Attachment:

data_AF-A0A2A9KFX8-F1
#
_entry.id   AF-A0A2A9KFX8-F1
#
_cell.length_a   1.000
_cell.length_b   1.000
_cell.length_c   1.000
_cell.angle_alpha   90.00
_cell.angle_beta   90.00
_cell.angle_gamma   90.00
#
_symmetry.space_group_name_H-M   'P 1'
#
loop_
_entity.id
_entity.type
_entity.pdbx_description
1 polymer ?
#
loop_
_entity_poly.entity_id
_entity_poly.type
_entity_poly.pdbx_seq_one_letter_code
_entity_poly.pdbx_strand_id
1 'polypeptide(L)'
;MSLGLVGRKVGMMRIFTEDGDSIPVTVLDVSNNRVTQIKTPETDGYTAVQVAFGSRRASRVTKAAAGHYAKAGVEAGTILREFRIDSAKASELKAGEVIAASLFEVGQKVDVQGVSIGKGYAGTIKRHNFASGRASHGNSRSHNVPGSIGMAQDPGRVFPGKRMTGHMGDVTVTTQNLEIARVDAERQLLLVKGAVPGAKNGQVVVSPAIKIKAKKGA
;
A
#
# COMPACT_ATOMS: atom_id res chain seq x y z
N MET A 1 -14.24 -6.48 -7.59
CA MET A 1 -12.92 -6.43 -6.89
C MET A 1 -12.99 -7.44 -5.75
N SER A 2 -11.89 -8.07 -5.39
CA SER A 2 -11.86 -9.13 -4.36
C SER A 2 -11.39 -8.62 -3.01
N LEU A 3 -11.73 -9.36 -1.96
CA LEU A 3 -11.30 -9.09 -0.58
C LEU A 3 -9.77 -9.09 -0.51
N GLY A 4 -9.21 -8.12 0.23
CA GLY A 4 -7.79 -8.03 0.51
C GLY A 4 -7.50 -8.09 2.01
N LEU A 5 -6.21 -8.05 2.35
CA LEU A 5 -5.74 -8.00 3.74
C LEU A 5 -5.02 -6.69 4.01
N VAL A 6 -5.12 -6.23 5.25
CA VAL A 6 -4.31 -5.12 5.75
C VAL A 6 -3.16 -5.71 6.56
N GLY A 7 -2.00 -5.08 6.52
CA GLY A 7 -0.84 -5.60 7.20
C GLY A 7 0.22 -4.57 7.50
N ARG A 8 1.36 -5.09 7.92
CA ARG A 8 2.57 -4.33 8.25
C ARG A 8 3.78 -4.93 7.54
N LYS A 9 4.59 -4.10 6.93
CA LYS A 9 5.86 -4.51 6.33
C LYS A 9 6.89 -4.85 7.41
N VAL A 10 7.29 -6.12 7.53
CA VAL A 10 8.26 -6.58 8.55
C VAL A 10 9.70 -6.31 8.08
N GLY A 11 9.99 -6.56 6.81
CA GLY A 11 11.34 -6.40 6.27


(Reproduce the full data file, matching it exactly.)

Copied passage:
data_AF-A0A2A9KFX8-F1
#
_entry.id   AF-A0A2A9KFX8-F1
#
_cell.length_a   1.000
_cell.length_b   1.000
_cell.length_c   1.000
_cell.angle_alpha   90.00
_cell.angle_beta   90.00
_cell.angle_gamma   90.00
#
_symmetry.space_group_name_H-M   'P 1'
#
loop_
_entity.id
_entity.type
_entity.pdbx_description
1 polymer ?
#
loop_
_entity_poly.entity_id
_entity_poly.type
_entity_poly.pdbx_seq_one_letter_code
_entity_poly.pdbx_strand_id
1 'polypeptide(L)'
;MSLGLVGRKVGMMRIFTEDGDSIPVTVLDVSNNRVTQIKTPETDGYTAVQVAFGSRRASRVTKAAAGHYAKAGVEAGTILREFRIDSAKASELKAGEVIAASLFEVGQKVDVQGVSIGKGYAGTIKRHNFASGRASHGNSRSHNVPGSIGMAQDPGRVFPGKRMTGHMGDVTVTTQNLEIARVDAERQLLLVKGAVPGAKNGQVVVSPAIKIKAKKGA
;
A
#
# COMPACT_ATOMS: atom_id res chain seq x y z
N MET A 1 -14.24 -6.48 -7.59
CA MET A 1 -12.92 -6.43 -6.89
C MET A 1 -12.99 -7.44 -5.75
N SER A 2 -11.89 -8.07 -5.39
CA SER A 2 -11.86 -9.13 -4.36
C SER A 2 -11.39 -8.62 -3.01
N LEU A 3 -11.73 -9.36 -1.96
CA LEU A 3 -11.30 -9.09 -0.58
C LEU A 3 -9.77 -9.09 -0.51
N GLY A 4 -9.21 -8.12 0.23
CA GLY A 4 -7.79 -8.03 0.51
C GLY A 4 -7.50 -8.09 2.01
N LEU A 5 -6.21 -8.05 2.35
CA LEU A 5 -5.74 -8.00 3.74
C LEU A 5 -5.02 -6.69 4.01
N VAL A 6 -5.12 -6.23 5.25
CA VAL A 6 -4.31 -5.12 5.75
C VAL A 6 -3.16 -5.71 6.56
N GLY A 7 -2.00 -5.08 6.52
CA GLY A 7 -0.84 -5.60 7.20
C GLY A 7 0.22 -4.57 7.50
N ARG A 8 1.36 -5.09 7.92
CA ARG A 8 2.57 -4.33 8.25
C ARG A 8 3.78 -4.93 7.54
N LYS A 9 4.59 -4.10 6.93
CA LYS A 9 5.86 -4.51 6.33
C LYS A 9 6.89 -4.85 7.41
N VAL A 10 7.29 -6.12 7.53
CA VAL A 10 8.26 -6.58 8.55
C VAL A 10 9.70 -6.31 8.08
N GLY A 11 9.99 -6.56 6.81
CA GLY A 11 11.34 -6.40 6.27